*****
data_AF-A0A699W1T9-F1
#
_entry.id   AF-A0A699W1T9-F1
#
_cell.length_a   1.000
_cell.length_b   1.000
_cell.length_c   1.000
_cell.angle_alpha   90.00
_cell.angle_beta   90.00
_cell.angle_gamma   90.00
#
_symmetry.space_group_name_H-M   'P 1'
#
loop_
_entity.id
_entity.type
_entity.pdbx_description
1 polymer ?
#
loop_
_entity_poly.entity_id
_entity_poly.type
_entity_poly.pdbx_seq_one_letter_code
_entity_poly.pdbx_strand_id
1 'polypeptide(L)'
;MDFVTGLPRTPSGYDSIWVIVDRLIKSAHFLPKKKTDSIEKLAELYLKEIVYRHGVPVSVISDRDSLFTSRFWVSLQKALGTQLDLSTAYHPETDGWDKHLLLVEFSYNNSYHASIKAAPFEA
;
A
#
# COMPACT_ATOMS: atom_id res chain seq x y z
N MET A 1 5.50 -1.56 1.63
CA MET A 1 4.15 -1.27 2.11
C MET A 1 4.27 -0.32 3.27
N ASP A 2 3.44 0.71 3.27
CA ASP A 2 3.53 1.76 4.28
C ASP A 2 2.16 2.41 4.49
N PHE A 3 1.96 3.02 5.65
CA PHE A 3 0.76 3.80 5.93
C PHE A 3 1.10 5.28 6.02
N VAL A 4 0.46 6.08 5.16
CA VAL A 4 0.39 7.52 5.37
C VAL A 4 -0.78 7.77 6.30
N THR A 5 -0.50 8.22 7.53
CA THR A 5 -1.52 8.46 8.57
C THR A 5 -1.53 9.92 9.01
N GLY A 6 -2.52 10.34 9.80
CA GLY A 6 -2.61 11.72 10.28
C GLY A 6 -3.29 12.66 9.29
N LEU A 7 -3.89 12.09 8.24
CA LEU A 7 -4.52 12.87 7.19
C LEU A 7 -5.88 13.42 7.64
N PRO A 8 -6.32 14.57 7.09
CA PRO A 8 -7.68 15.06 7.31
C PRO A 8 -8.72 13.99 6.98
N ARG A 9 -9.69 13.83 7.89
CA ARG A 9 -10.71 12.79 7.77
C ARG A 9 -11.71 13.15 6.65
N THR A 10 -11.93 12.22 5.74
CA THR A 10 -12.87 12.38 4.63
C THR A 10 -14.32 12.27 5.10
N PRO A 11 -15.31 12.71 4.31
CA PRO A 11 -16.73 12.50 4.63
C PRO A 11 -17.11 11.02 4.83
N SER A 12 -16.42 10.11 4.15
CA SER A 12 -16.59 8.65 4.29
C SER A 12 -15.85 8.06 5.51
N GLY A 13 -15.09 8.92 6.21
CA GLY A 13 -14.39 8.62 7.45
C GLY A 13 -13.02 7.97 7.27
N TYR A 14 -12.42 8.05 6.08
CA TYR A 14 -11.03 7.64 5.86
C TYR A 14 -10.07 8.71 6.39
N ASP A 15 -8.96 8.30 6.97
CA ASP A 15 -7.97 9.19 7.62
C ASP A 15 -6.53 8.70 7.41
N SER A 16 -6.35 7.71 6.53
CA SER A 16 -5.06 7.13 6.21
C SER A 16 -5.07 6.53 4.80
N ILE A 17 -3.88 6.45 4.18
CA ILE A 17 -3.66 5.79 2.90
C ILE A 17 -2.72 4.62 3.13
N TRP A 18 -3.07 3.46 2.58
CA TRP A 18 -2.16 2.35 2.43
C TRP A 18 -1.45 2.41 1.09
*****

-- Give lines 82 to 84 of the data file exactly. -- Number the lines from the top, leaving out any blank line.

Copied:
N TRP A 18 -3.07 3.46 2.58
CA TRP A 18 -2.16 2.35 2.43
C TRP A 18 -1.45 2.41 1.09